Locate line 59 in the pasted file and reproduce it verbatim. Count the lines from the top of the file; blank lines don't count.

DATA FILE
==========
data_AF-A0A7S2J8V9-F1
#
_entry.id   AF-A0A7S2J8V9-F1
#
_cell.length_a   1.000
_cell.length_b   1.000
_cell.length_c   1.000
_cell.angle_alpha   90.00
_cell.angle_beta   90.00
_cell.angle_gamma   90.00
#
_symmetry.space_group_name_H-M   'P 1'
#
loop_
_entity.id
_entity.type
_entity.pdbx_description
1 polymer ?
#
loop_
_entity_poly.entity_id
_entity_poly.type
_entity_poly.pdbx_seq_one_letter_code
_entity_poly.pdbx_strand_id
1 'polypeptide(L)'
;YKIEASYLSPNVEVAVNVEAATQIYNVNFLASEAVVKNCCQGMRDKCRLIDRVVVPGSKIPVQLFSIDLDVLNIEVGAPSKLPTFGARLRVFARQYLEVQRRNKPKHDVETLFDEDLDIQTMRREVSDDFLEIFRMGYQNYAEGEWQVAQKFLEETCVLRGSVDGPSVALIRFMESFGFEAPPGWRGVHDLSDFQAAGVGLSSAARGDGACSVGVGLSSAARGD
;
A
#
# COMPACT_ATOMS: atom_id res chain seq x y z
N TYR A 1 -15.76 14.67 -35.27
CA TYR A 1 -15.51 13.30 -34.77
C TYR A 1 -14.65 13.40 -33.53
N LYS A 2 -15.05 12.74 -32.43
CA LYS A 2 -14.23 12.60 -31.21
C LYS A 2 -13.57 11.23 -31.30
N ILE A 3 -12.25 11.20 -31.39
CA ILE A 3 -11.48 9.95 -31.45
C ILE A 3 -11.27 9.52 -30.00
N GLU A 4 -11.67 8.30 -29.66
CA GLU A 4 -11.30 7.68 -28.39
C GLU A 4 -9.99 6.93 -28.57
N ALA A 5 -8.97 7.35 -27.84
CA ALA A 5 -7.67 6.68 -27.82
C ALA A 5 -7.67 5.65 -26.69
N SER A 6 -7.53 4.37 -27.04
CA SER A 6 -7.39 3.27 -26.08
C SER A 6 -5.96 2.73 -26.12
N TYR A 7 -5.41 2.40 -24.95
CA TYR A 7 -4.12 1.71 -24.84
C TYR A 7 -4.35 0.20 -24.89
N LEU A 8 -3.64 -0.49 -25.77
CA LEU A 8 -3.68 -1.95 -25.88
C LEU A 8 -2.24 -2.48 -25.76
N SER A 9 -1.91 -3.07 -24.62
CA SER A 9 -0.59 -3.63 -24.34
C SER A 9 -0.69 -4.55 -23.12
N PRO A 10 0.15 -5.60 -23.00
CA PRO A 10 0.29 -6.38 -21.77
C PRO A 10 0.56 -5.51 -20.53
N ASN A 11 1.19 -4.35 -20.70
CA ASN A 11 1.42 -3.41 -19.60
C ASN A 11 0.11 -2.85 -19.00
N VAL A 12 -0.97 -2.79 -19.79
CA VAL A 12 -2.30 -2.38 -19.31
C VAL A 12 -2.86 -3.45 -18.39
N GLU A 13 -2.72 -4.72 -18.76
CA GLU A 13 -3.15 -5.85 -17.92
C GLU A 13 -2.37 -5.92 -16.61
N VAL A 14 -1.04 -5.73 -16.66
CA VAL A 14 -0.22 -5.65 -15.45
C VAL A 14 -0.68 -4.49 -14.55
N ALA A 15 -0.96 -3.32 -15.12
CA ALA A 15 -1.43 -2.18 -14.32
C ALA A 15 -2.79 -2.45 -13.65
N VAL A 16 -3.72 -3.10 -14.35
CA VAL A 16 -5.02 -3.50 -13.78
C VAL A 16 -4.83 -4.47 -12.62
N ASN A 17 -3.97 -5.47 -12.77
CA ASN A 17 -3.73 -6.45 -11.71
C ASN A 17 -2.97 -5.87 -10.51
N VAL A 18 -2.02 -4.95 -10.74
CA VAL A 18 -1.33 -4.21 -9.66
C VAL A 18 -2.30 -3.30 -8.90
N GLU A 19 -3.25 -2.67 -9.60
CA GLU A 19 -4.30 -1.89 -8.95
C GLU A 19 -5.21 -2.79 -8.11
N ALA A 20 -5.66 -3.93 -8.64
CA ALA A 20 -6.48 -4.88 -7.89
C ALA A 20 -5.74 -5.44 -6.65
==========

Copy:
CA PRO A 10 0.29 -6.38 -21.77